Opinion: LGBTQ+ Pride and community visibility can save lives

FILE - A family walks by an LGBTQ pride mural in downtown Raleigh, N.C., just a few blocks away from the Legislative Building, on Nov. 16, 2022. Senate Republicans in North Carolina advanced legislation Tuesday, April 18, 2023, that would prohibit transgender girls from participating in sports that correspond with their gender identity. (AP Photo/Hannah Schoenbaum, File)

By Andrea Woodin

June 3, 2024

We celebrate important days, weeks, and months for various topics in our country. Military Appreciation Month is in May, Breast Cancer Awareness Month is in October, and National Hobby Month is in January. Often we have months to celebrate people who have undergone a significant struggle for equality in America. February is Black History Month, November is Native American Heritage Month, and July is Disability Pride Month.

In June, we celebrate LGBTQ+ Pride Month. We find ourselves at a time in our nation when the rights and freedoms of the queer community are at risk. Pride is not just a time for parties and parades, it’s a time for activism. Pride is the reminder of what we are fighting for and the visibility that comes around in June can save lives.

More than 1 in 10 LGBTQ+ youth have attempted suicide in the past year and 90% of LGBTQ+ young people said their well-being was negatively impacted due to recent politics, according to a recent survey from the Trevor Project. LGBTQ+ youth who reported living in very accepting communities attempted suicide at less than half the rate of those who reported living in very unaccepting communities.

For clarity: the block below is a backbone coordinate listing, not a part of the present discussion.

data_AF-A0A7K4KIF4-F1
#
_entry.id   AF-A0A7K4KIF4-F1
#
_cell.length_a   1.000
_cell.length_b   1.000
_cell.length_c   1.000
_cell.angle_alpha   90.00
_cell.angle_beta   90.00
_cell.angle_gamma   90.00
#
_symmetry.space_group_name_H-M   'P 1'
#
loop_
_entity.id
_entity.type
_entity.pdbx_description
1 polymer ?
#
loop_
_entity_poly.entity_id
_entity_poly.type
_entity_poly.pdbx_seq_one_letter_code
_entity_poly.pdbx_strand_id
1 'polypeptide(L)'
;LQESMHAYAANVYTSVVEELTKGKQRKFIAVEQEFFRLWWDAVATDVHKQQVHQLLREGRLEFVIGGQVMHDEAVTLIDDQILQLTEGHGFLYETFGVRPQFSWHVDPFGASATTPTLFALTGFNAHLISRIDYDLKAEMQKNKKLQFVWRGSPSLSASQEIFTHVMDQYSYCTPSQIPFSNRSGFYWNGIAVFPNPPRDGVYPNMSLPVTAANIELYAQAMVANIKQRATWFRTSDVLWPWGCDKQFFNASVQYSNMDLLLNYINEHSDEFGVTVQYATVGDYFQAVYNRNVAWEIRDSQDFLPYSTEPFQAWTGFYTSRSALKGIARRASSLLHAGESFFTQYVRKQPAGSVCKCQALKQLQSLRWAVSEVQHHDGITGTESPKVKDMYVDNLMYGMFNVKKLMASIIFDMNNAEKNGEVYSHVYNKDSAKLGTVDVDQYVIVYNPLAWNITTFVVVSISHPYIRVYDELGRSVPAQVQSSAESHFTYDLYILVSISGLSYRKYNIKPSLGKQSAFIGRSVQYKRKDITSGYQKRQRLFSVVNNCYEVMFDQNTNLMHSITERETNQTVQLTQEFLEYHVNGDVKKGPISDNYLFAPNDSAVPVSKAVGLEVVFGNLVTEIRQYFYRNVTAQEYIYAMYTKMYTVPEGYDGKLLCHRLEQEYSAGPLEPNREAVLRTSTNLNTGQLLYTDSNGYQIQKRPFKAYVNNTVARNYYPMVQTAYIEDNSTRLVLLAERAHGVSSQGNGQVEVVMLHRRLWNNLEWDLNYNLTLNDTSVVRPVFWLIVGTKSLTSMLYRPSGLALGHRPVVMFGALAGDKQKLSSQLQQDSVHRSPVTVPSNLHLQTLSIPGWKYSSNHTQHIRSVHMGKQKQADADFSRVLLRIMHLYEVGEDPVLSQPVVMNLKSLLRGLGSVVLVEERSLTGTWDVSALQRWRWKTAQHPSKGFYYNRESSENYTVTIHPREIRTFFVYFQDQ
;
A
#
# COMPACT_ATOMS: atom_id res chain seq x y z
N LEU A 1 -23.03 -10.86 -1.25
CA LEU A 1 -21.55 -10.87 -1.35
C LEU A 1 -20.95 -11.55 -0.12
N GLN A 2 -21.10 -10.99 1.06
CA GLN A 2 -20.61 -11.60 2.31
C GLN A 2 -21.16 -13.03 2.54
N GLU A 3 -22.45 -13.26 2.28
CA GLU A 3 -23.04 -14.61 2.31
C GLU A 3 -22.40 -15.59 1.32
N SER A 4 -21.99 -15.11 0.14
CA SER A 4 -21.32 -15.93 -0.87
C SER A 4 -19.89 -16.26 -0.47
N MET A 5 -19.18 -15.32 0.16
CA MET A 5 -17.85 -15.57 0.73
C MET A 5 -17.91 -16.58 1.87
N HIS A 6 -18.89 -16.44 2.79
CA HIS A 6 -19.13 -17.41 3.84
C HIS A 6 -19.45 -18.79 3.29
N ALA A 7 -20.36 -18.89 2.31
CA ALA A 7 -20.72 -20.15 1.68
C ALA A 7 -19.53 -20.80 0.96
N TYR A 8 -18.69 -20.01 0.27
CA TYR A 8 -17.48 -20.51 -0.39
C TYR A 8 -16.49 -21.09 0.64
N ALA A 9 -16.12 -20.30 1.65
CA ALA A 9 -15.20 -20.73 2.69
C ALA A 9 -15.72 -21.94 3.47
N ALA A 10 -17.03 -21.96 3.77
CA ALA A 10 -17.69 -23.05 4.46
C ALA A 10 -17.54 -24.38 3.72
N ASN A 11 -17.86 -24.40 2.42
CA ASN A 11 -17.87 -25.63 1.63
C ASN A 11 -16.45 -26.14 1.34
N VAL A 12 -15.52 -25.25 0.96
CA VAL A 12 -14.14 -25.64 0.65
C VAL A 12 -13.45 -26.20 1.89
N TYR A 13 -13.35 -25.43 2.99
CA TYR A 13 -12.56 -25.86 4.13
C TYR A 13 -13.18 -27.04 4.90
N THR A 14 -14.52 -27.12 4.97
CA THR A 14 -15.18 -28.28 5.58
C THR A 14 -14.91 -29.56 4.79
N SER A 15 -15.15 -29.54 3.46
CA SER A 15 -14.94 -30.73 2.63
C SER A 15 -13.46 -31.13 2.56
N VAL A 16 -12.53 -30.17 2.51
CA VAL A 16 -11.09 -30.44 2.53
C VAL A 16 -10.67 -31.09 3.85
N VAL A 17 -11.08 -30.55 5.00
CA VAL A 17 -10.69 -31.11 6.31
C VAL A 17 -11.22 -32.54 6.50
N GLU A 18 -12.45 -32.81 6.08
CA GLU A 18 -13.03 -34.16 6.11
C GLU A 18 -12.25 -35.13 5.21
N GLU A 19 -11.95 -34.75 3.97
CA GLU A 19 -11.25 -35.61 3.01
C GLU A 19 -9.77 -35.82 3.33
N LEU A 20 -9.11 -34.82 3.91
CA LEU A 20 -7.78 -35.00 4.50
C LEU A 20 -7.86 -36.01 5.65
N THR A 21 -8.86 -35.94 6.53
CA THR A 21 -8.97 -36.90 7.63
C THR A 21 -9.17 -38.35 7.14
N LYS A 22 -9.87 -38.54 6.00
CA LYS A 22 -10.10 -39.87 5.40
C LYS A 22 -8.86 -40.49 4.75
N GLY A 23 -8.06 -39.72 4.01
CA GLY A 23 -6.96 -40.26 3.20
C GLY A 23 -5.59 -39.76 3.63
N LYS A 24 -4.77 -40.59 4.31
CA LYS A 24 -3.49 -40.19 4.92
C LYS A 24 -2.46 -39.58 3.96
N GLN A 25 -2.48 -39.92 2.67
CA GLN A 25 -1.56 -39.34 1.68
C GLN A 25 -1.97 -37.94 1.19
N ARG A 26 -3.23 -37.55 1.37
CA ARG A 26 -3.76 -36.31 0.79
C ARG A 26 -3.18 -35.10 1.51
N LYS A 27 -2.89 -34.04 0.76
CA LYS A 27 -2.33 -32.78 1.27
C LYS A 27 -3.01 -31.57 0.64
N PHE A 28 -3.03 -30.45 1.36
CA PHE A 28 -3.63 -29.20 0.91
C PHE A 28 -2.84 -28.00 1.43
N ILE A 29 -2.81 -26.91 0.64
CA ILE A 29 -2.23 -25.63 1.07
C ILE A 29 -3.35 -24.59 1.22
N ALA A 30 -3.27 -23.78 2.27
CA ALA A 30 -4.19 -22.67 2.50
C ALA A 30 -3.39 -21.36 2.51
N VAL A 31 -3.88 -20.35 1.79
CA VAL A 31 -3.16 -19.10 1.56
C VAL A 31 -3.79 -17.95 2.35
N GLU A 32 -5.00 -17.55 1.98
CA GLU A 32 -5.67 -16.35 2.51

All statistics aside, supporting others in your community is basic human decency. When you live as an openly out queer person, you show bigots that hate will not win but most importantly, you show other queer people, some who may be in the closet, that they are not alone.

Visibility saves lives. It can’t be said enough. You can simply wear a pin or a shirt out in public as an ally. You can speak out on social media when you see hate speech or even start a local support group. Think about what it means to a person with no community, no support in their family, and no friends to talk with.

The absolute joy I feel when I see anyone supporting the LGBTQ+ community can not be put into words, I can only imagine how it feels for the younger generations. Pride should always be celebrated, especially in a year when the political climate is as dangerous as it is right now. The anti-gay hate speech is loud but we can be louder.

Author

  • Andrea Woodin

    Andrea Woodin is a mother, a wife, and a small business owner. She lives with her family and six pets in Franklin County NC.

CATEGORIES: LGBTQ

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